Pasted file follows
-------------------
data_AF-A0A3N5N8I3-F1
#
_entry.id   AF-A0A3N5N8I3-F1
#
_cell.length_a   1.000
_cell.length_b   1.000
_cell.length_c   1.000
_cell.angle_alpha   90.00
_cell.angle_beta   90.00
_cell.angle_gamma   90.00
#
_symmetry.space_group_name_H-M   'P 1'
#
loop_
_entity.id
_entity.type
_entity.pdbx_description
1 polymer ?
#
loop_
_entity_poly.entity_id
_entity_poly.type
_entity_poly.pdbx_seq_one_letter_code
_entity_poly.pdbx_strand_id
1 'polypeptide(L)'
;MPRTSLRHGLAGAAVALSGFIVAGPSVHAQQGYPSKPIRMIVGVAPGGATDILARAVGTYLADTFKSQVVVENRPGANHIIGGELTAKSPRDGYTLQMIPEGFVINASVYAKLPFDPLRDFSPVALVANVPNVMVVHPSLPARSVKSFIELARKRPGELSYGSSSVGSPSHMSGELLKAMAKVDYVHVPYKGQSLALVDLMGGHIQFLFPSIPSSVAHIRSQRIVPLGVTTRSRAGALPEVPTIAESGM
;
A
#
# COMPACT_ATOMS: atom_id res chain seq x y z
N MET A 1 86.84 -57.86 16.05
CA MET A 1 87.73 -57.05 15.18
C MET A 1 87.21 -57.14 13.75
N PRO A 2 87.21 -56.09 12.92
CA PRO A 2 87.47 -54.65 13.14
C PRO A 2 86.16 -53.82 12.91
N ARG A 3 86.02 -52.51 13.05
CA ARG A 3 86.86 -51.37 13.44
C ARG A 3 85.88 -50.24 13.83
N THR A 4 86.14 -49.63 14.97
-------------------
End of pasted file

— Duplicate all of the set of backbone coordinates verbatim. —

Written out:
data_AF-A0A3N5N8I3-F1
#
_entry.id   AF-A0A3N5N8I3-F1
#
_cell.length_a   1.000
_cell.length_b   1.000
_cell.length_c   1.000
_cell.angle_alpha   90.00
_cell.angle_beta   90.00
_cell.angle_gamma   90.00
#
_symmetry.space_group_name_H-M   'P 1'
#
loop_
_entity.id
_entity.type
_entity.pdbx_description
1 polymer ?
#
loop_
_entity_poly.entity_id
_entity_poly.type
_entity_poly.pdbx_seq_one_letter_code
_entity_poly.pdbx_strand_id
1 'polypeptide(L)'
;MPRTSLRHGLAGAAVALSGFIVAGPSVHAQQGYPSKPIRMIVGVAPGGATDILARAVGTYLADTFKSQVVVENRPGANHIIGGELTAKSPRDGYTLQMIPEGFVINASVYAKLPFDPLRDFSPVALVANVPNVMVVHPSLPARSVKSFIELARKRPGELSYGSSSVGSPSHMSGELLKAMAKVDYVHVPYKGQSLALVDLMGGHIQFLFPSIPSSVAHIRSQRIVPLGVTTRSRAGALPEVPTIAESGM
;
A
#
# COMPACT_ATOMS: atom_id res chain seq x y z
N MET A 1 86.84 -57.86 16.05
CA MET A 1 87.73 -57.05 15.18
C MET A 1 87.21 -57.14 13.75
N PRO A 2 87.21 -56.09 12.92
CA PRO A 2 87.47 -54.65 13.14
C PRO A 2 86.16 -53.82 12.91
N ARG A 3 86.02 -52.51 13.05
CA ARG A 3 86.86 -51.37 13.44
C ARG A 3 85.88 -50.24 13.83
N THR A 4 86.14 -49.63 14.97